Where I grew up, there were five radio stations: Country, Country, Classical, Talk, and Rock. My folks liked older country music (and the hosts on that station were probably the best in the area), so I listened to a lot of it. One of the songs I liked because it was so interesting was “The Auctioneer” by Leroy Van Dyke. I got a tape recording of it one day when it was on and tried to emulate his way of talking. Never quite got it, but I could understand what he was saying.
Turns out, the most modern software managed by the largest tech titans on the planet can’t even get that far. I stumbled across a video of Van Dyke performing his song on a YouTube channel called Country Road TV. If you haven’t heard the song before, here he is singing it (he first recorded it back in 1956!):
I went to skip backwards to listen to part of the song again but missed and accidentally turned on captioning. The results were… well, see for yourself:
Keep in mind that the song is about a guy who wants to learn how to talk like an old-school auctioneer; I believe he sells a goat in one part. Nothing about monocles or tables…
And the final run-off at the end of the song is even better:
It’s like the whole “There’s a Bathroom on the Right” thing, but with computers. I am pretty sure that BitDefender didn’t exist in 1956, but who knows – maybe Mr. Van Dyke updated the lyrics.
While most people today probably aren’t looking up captions for 60+ year old novelty country music, issues like this are a real problem for people who rely on captioning for important and accurate information… and it seems the technology still has a lot of room to improve.
**UPDATE (2020-05-08): I did a little bit of math and realized I was only running the IR illuminator at about a quarter of a watt. After a bit more poking around and squinting at part numbers, I’m pretty sure it can run at almost 10x the power. I will look into this further sometime soon.**
Shortly after my previous post on removing the IR-cut filter from the OV2640 camera that comes with the ESP32-CAM, I put the ESP in a safe place… so safe that I lost it.
I found it again a couple of days ago and finally got to tinkering with it this evening, with the plan to see how well it worked in the dark.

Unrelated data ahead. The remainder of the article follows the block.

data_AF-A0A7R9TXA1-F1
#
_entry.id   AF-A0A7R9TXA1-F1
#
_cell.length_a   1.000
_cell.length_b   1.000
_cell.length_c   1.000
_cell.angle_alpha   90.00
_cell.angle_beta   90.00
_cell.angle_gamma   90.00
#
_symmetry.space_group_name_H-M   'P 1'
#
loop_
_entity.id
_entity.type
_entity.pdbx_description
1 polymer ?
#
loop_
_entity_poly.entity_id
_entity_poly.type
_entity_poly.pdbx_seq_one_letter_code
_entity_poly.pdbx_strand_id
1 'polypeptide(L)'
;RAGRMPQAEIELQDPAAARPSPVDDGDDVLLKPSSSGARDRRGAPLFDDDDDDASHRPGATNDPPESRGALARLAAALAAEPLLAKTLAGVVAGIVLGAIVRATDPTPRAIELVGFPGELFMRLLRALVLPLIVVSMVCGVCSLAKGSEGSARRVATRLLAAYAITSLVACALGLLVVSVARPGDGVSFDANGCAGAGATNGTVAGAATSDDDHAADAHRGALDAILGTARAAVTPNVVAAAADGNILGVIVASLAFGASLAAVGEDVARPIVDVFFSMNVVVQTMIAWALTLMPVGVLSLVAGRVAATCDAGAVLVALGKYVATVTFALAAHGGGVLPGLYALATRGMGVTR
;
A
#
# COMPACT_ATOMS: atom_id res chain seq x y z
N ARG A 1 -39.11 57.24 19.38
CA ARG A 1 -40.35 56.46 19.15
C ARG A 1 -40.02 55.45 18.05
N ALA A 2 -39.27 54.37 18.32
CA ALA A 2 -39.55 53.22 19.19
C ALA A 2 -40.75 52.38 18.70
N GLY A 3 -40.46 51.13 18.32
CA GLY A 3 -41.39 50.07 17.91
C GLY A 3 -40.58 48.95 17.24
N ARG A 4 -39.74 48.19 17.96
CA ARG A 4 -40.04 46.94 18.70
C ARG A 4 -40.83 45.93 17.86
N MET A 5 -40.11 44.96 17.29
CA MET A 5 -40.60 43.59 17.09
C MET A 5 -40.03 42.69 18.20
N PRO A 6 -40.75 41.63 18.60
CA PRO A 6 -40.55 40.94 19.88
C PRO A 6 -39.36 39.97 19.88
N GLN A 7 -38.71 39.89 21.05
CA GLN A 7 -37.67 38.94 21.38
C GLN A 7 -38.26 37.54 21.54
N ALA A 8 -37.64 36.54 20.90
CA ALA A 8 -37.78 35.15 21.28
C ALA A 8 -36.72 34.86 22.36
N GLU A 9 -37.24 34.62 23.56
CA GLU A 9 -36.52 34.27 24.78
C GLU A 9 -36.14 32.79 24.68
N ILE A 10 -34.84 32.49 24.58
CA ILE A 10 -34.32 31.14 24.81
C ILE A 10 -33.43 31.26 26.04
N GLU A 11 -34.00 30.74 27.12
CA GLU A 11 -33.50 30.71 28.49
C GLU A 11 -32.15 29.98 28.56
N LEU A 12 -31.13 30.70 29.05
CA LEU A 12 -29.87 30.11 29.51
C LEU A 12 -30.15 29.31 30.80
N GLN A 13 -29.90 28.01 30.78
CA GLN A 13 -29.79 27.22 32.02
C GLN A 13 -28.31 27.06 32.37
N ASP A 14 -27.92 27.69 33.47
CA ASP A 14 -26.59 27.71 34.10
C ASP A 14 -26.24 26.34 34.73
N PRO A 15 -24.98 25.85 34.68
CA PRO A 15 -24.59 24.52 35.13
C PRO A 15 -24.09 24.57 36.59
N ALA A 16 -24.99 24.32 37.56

I changed the following settings from the defaults for all of the pictures taken with the ESP in this post: – Frame size: 1024×768 (XGA) – Gain ceiling set to 3 – Special effect set to 2 (greyscale)
Without the filter, the colours were all wrong and it was a little harder to focus. This is normal but a little annoying, so I set the image to greyscale. Here’s the first image I took, looking at the bird feeder as the sun was on its way down on the other side of the house:
It’s not too bad. Things look a little weird – the trees, sky, and grass all look like they’re from a really cheap dream sequence. Two hours and fifteen minutes later, the sun had set but there was still plenty enough light for the camera:
Twenty minutes later, the streetlights were all on, there was very little glow in the sky, and the image started to get pretty noisy:
Another 25 minutes and it was dark:
So, with ambient light in the suburbs at night, the ESP32-Cam isn’t a stellar performer. This is not a high-end CCD rig.
I have a couple of inexpensive little IR illuminators but they’re so inexpensive that they didn’t come with specifications and I can’t find datasheets for them. I ended up using an LM317 to limit the current to about 125mA. I’m pretty sure they can go higher but figuring out how high is a project for another day.
Here’s what that thing running at 125mA did:
Not so good. Or… was it not too bad? It’s not like I went out there with one of those 400 LED yard illuminators – this was a single diffused LED that’s pulling just over half a watt. Maybe I should revisit this with something that puts out a little more oomph.
The next thing on my list to check was how well it worked indoors. To test this, I put the camera and illuminator at one end of a hallway, closed the door, and turned off all the lights. My phone picked up a bit of light under the door at the far end of the hall, about 12 feet away:
And here’s what the ESP saw:
And with the same illuminator (at the same power) turned on:
Having the IR confined to an area where it can bounce around and not just be lost to the night makes a big difference. With a better (or more than one) source of IR, the ESP32-CAM may well make a decent indoor night camera. Tweaking some of the camera settings may improve things, too.
So… not the best performer, but for the cost (I think I paid nine dollars for this particular one, camera and all) and the sheer number of features that the ESP32 series has, I find it a pretty attractive little device.
I think the next ESP-ish things I want to look at are getting some pictures of the animals that wander through the yard at night, and maybe trying this particular experiment again with a bigger/better IR illuminator.